This is how I approached my loaner rigs:
Each grab-and-go setup is identical consisting of a basic but functional 16” PSA AR15-style carbine with a SIG Romeo red dot optic, Streamlight weapon light, and a sling. An economical, yet perfectly serviceable Taurus G2C 9mm handgun (see Pat Cascio’s November 23, 2020 review) will also be issued. The rifles are inexpensive, but certainly not cheap-o knockoffs. Each has the PSA enhanced trigger and nickel boron bolt carrier group, quality optics and lights, Magpul furniture, and a two-point QD sling.
Rounding out each kit is a simple sling range bag containing six loaded standard capacity AR mags, a holster for the Taurus, three loaded handgun mags, a small weapons maintenance kit, eye & ear protection, a trauma/blowout kit, a headlamp, a knife, notepad and pen, a hydration bottle, and a few snack bars. If I need to set someone on watch or a patrol, they will draw that kit and have no excuses for not being basically equipped for success. I currently have two such setups exclusively for auxiliary personnel who may join my tribe and will try to build two more this year.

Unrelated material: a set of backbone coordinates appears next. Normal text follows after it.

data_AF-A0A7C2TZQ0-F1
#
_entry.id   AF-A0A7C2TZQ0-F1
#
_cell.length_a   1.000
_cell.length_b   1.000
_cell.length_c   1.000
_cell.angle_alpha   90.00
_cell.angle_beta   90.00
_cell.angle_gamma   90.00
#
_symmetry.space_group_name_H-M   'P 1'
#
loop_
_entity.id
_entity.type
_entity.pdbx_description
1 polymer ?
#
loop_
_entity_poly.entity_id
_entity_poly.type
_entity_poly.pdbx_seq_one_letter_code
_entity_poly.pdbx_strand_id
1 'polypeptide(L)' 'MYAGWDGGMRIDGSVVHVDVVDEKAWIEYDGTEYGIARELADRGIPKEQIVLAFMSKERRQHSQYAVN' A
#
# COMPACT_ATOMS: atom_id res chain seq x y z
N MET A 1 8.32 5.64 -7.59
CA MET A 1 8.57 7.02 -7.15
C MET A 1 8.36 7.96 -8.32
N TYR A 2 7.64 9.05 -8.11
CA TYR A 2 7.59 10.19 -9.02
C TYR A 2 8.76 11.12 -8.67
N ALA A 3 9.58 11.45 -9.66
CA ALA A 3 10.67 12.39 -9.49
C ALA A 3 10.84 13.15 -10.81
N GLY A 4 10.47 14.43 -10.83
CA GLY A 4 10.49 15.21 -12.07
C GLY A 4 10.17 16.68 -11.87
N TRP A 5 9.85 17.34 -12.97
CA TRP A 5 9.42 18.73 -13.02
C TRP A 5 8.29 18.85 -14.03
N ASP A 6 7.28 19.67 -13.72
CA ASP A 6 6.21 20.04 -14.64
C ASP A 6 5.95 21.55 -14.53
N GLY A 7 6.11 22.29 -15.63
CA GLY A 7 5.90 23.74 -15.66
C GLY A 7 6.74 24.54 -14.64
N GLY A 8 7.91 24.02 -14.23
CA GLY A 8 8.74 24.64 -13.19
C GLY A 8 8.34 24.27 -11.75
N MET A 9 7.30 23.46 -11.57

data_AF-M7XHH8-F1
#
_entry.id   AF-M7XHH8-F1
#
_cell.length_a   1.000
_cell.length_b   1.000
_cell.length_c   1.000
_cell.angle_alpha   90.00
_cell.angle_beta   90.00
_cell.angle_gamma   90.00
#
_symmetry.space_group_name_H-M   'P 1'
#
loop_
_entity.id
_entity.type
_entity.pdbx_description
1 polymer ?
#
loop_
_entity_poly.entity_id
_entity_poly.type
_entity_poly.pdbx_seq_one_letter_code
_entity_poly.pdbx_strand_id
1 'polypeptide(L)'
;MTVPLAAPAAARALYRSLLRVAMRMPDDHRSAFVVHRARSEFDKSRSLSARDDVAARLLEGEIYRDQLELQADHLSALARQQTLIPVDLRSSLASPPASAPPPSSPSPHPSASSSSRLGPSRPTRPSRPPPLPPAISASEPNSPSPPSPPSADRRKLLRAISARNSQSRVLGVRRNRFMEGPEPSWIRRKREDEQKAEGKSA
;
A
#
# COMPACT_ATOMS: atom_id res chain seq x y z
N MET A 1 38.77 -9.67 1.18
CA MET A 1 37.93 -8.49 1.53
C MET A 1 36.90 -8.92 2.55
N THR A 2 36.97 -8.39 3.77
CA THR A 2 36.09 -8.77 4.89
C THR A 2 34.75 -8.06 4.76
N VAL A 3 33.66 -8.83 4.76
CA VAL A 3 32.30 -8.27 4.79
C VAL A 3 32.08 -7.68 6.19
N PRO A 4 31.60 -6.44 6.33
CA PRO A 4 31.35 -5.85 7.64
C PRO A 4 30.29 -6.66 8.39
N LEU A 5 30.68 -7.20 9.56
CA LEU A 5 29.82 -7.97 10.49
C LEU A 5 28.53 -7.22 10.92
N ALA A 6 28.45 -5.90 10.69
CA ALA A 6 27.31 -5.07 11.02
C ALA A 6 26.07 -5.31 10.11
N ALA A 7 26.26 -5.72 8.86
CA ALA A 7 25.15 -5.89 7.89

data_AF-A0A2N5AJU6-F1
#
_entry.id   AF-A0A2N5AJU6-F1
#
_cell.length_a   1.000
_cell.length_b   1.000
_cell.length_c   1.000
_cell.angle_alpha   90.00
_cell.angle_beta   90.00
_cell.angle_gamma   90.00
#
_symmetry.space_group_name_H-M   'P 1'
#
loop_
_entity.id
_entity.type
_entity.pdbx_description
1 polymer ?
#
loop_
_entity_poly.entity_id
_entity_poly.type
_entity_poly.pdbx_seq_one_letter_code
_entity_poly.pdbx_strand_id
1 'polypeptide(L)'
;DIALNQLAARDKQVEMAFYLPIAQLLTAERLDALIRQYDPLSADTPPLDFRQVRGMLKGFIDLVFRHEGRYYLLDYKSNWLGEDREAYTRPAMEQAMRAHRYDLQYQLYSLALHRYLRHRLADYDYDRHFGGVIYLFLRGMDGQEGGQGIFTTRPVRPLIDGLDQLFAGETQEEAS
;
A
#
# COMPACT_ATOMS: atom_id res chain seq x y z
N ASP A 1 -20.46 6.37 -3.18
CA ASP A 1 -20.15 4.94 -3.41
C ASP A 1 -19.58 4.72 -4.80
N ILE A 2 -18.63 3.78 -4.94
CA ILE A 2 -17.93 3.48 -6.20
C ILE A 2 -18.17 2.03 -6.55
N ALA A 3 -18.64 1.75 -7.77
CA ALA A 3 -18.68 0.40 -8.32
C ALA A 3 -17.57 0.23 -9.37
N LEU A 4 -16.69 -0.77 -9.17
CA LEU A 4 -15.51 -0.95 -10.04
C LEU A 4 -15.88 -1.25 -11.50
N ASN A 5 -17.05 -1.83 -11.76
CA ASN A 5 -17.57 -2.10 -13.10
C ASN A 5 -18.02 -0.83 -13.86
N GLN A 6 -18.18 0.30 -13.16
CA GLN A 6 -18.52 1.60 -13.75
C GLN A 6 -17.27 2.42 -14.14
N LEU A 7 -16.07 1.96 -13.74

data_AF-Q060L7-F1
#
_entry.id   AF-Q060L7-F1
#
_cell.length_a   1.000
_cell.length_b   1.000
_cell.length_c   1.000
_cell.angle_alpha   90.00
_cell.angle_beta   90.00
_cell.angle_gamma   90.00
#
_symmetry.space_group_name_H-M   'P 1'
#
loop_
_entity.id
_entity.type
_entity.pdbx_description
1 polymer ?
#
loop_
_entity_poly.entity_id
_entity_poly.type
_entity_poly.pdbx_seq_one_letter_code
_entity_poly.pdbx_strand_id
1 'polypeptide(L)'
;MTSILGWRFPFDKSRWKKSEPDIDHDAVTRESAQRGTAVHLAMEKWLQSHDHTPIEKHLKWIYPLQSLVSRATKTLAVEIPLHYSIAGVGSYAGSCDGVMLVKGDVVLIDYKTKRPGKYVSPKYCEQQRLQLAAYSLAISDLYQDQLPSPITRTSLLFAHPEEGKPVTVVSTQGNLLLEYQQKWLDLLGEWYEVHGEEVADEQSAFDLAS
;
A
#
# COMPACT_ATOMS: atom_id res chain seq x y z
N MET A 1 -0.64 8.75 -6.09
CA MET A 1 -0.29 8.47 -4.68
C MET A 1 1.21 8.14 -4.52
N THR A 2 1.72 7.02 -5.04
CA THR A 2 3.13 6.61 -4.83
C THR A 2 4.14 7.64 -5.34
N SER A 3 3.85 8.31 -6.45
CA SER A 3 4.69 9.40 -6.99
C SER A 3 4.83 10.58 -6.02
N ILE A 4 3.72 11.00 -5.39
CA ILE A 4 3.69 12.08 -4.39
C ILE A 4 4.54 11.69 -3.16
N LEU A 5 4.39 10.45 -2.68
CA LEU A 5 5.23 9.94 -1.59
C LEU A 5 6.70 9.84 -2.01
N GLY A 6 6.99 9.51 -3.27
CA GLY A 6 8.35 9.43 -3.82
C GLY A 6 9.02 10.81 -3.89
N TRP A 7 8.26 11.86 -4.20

Each AR15/G2c grab-and-go setup comes in at just under $1,400 FRNs – fully mission-ready. So it can realistically be achieved with determination and commitment to the purpose. It isn’t too bad if one forgoes the drive-thru coffee and other unnecessary expenditure we all fall prey to. If finances allow, I strongly recommend anyone who would entertain allowing folks to seek shelter at their homestead consider outfitting a few grab-and-go kits such as I have described. On a side note – we have a similar grab-and-go sling bag for each of my family’s personal rifle/pistol rigs, but those are custom built and fit to each of us and are not available for use by guests- just not gonna happen.
Practice, Practice, Practice
Of course, having all the neato gear in the world does not mean a thing if one does not practice, drill, recalibrate, and practice some more. After we were declared SAFE from the SARS-CoV-2 China Virus debacle that our elected government servants used to cripple our nation, I set out to try a drill with family and friends to test the efficacy of my grab-and-go set-ups. My eldest daughter and her husband (both Marine Corps veterans) were invited on a short excursion to a remote area in our local national forest. Without giving away too much of the plan, I asked them each to show up at my home with only a bug-out-bag (BOB) and their personal vehicles. I would attempt to outfit our entire expedition from my supply room.